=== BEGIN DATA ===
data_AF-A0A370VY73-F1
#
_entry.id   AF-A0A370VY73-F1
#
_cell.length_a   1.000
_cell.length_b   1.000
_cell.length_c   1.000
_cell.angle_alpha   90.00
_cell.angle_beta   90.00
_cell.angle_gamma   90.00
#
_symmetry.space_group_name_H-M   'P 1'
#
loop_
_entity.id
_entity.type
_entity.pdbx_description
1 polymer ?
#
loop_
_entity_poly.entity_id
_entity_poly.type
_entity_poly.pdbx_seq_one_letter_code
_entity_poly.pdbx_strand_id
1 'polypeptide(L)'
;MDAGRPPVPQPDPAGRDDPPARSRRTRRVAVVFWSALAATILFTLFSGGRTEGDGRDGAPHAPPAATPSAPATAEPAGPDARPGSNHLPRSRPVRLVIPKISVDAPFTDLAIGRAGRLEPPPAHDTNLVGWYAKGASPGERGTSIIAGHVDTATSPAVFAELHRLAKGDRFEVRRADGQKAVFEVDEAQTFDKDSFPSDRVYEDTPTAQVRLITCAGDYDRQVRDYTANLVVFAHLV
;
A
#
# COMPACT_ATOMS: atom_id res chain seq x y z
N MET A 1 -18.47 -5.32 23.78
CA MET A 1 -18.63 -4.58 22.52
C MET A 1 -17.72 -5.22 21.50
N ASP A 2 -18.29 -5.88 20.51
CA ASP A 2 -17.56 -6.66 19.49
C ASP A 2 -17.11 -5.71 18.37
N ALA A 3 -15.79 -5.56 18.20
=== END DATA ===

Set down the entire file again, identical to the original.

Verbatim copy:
data_AF-A0A370VY73-F1
#
_entry.id   AF-A0A370VY73-F1
#
_cell.length_a   1.000
_cell.length_b   1.000
_cell.length_c   1.000
_cell.angle_alpha   90.00
_cell.angle_beta   90.00
_cell.angle_gamma   90.00
#
_symmetry.space_group_name_H-M   'P 1'
#
loop_
_entity.id
_entity.type
_entity.pdbx_description
1 polymer ?
#
loop_
_entity_poly.entity_id
_entity_poly.type
_entity_poly.pdbx_seq_one_letter_code
_entity_poly.pdbx_strand_id
1 'polypeptide(L)'
;MDAGRPPVPQPDPAGRDDPPARSRRTRRVAVVFWSALAATILFTLFSGGRTEGDGRDGAPHAPPAATPSAPATAEPAGPDARPGSNHLPRSRPVRLVIPKISVDAPFTDLAIGRAGRLEPPPAHDTNLVGWYAKGASPGERGTSIIAGHVDTATSPAVFAELHRLAKGDRFEVRRADGQKAVFEVDEAQTFDKDSFPSDRVYEDTPTAQVRLITCAGDYDRQVRDYTANLVVFAHLV
;
A
#
# COMPACT_ATOMS: atom_id res chain seq x y z
N MET A 1 -18.47 -5.32 23.78
CA MET A 1 -18.63 -4.58 22.52
C MET A 1 -17.72 -5.22 21.50
N ASP A 2 -18.29 -5.88 20.51
CA ASP A 2 -17.56 -6.66 19.49
C ASP A 2 -17.11 -5.71 18.37
N ALA A 3 -15.79 -5.56 18.20